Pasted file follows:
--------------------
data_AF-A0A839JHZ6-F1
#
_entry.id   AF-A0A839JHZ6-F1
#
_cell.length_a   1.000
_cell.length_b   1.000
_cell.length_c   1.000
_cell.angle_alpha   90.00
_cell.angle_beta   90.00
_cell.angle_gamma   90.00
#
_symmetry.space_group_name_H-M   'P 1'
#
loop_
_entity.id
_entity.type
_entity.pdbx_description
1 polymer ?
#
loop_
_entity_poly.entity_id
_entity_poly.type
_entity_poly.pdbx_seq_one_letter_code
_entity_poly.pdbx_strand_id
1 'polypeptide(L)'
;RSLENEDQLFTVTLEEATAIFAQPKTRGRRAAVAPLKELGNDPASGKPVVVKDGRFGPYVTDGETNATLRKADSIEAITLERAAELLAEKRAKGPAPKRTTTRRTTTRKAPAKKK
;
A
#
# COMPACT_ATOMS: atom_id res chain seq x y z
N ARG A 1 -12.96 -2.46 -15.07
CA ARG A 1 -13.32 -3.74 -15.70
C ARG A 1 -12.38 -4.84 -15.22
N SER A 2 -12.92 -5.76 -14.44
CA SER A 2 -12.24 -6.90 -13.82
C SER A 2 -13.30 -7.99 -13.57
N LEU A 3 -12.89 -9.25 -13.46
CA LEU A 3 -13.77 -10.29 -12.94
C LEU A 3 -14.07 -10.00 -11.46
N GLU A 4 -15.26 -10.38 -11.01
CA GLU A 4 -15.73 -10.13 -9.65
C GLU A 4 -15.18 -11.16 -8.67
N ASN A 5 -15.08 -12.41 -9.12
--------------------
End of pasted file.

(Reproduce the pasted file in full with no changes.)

data_AF-A0A839JHZ6-F1
#
_entry.id   AF-A0A839JHZ6-F1
#
_cell.length_a   1.000
_cell.length_b   1.000
_cell.length_c   1.000
_cell.angle_alpha   90.00
_cell.angle_beta   90.00
_cell.angle_gamma   90.00
#
_symmetry.space_group_name_H-M   'P 1'
#
loop_
_entity.id
_entity.type
_entity.pdbx_description
1 polymer ?
#
loop_
_entity_poly.entity_id
_entity_poly.type
_entity_poly.pdbx_seq_one_letter_code
_entity_poly.pdbx_strand_id
1 'polypeptide(L)'
;RSLENEDQLFTVTLEEATAIFAQPKTRGRRAAVAPLKELGNDPASGKPVVVKDGRFGPYVTDGETNATLRKADSIEAITLERAAELLAEKRAKGPAPKRTTTRRTTTRKAPAKKK
;
A
#
# COMPACT_ATOMS: atom_id res chain seq x y z
N ARG A 1 -12.96 -2.46 -15.07
CA ARG A 1 -13.32 -3.74 -15.70
C ARG A 1 -12.38 -4.84 -15.22
N SER A 2 -12.92 -5.76 -14.44
CA SER A 2 -12.24 -6.90 -13.82
C SER A 2 -13.30 -7.99 -13.57
N LEU A 3 -12.89 -9.25 -13.46
CA LEU A 3 -13.77 -10.29 -12.94
C LEU A 3 -14.07 -10.00 -11.46
N GLU A 4 -15.26 -10.38 -11.01
CA GLU A 4 -15.73 -10.13 -9.65
C GLU A 4 -15.18 -11.16 -8.67
N ASN A 5 -15.08 -12.41 -9.12